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[Frama-c-discuss] Jessie regions

  • Subject: [Frama-c-discuss] Jessie regions
  • From: Christoph.Weber at (Christoph Weber)
  • Date: Mon, 9 Mar 2009 09:36:56 +0100
  • In-reply-to: <>
  • References: <> <>


referring the discussion regarding disjoint memory regions:

I want to know, whether the built-in assumption that all memory regions are disjoint is a mere assumption or a precondition, which is enforced during evaluation.

I hope my question is clear enough, if not I will try to clarify it.


  ----- Original Message ----- 
  From: Pascal Cuoq 
  To: Jens Gerlach 
  Cc: Frama-C public discussion 
  Sent: Tuesday, January 27, 2009 2:32 PM
  Subject: Re: [Frama-c-discuss] Jessie regions

  This message is an answer to an off-list question concerning
     the rationale behind the decision to assume that
    different pointers (of a function) point to different memory regions?
    Is it because it simplifies proving?

  Yes. More precisely, assuming that pointer arguments point to
  different regions simplifies all the pre-conditions that are computed
  for the function.


  int x, y, t[3];
  void f(int *p, int *q)
    *p = x;
    *q = y;
    //@ assert *p == t[1] ;

  If you assume that everything is separated
  (and in particular that p and q point to separate memory

  regions), the weakest pre-condition for the assertion is exactly
  (I think) "x == t[1]". But in order to get this very simple
  pre-condition, you have assumed that p was separate from q,
  and that q was separate from t+1, and also separate from &p.
  You also assumed that p did not point to itself
  (that is, that p was separate from &p).
  In fact there are so many assumptions that I am not sure
  I am not forgetting one here.

  Without these assumptions, there would be many more ways
  the assertion could be true.
  The ACSL formula of the weakest pre-condition for the assertion
  would be one very large disjunction with a lot of
  cases. The sub-formula for
  "everything is separated and x == t[1]" would be only one
  particular way in which the assertion could hold.
  Another would be for instance "q point to p and y is
  the address of a memory cell with contents identical
  to t[1]". There are countless others, and I won't even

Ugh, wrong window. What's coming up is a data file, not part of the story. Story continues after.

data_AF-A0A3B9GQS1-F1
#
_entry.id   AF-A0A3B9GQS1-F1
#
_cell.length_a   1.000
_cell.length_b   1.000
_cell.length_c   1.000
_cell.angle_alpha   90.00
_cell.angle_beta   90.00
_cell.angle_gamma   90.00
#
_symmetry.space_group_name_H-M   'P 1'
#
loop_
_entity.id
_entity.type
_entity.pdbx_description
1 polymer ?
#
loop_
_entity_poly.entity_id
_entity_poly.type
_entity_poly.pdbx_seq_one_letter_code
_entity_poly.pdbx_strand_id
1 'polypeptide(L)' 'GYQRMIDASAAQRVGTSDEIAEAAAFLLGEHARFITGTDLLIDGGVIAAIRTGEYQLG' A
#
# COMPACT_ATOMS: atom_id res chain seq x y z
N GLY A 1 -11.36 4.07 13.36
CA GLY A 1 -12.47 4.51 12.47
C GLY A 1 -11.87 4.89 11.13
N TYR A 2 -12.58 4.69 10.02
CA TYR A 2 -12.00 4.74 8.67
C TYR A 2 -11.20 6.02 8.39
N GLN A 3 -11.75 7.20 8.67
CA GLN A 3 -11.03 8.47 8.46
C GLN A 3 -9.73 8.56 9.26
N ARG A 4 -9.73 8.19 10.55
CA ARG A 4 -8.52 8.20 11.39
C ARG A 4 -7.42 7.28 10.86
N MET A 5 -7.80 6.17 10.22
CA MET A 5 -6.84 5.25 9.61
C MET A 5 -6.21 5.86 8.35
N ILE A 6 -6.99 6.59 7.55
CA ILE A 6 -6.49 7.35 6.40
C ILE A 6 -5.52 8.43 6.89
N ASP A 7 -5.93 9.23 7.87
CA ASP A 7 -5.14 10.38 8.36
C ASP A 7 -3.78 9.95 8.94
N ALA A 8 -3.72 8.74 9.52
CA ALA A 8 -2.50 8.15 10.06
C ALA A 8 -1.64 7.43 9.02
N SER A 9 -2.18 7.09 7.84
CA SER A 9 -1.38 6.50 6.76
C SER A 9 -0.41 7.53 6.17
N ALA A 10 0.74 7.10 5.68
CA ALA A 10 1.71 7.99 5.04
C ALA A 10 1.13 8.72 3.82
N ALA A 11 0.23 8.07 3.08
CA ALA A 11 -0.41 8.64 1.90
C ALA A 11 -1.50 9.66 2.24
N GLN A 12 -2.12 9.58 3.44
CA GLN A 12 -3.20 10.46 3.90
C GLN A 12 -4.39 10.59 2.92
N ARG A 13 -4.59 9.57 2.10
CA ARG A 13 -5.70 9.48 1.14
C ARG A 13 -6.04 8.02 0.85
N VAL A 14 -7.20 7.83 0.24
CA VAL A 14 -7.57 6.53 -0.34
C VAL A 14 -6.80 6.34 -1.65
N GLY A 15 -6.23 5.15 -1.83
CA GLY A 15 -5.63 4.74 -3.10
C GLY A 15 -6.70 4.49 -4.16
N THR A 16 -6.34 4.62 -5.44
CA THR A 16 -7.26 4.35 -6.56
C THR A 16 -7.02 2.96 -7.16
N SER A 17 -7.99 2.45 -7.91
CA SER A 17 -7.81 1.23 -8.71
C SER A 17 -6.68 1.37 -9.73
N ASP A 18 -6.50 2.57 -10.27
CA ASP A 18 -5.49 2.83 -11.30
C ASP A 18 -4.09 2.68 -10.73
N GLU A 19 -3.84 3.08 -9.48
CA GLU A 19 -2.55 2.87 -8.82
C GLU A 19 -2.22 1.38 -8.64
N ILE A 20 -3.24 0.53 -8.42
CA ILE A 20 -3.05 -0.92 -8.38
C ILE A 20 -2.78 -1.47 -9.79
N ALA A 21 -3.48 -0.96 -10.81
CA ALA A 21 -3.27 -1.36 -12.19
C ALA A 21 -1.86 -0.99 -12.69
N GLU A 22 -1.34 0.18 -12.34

start to enumerate the possibilities
  when the memory model allows p or q to contains addresses
  such as (int*)((char*)t+3).

  So you can see now how making separation
  assumptions simplifies the properties manipulated by Jessie,
  and consequently the automatic proof of these properties.

  I think, but then I am not a Jessie specialist, that
  some of the separation assumptions that are made
  come with Jessie's memory model (i.e. they are not optional).
  I am thinking for instance of the
  "p separated from &p" assumption.
  A program where the pointer to int p could receive
  the address of p (an int **) could not be analyzed at all
  with Jessie, as per section 7.2.1 of Jessie's reference 

  Some others separation assumptions, such
  as "q separated from t+1", are made by default,
  but Jessie is also able not to make these assumptions.
  Chapter 5 of Jessie's documentation seems to 
  document this mode (option -jessie-no-regions).
  In fact, the only way I can
  make sense of this chapter is if the sentence
  "Now, function max should only be called ..."
  means "Now let us assume that you did not pass this
  option. Then, function max ...", so it documents
  it briefly.
  But anyway, you need as many separation hypotheses
  as possible for the kind of analysis
  that a plug-in like Jessie does.
  Even though option -jessie-no-region only relaxes
  some of the separation hypotheses that are made
  by Jessie, the computed weakest preconditions
  are likely to become intractable on many
  interesting functions when it is enabled, independently
  of whether the function is supposed to work when its
  pointer arguments are aliased.



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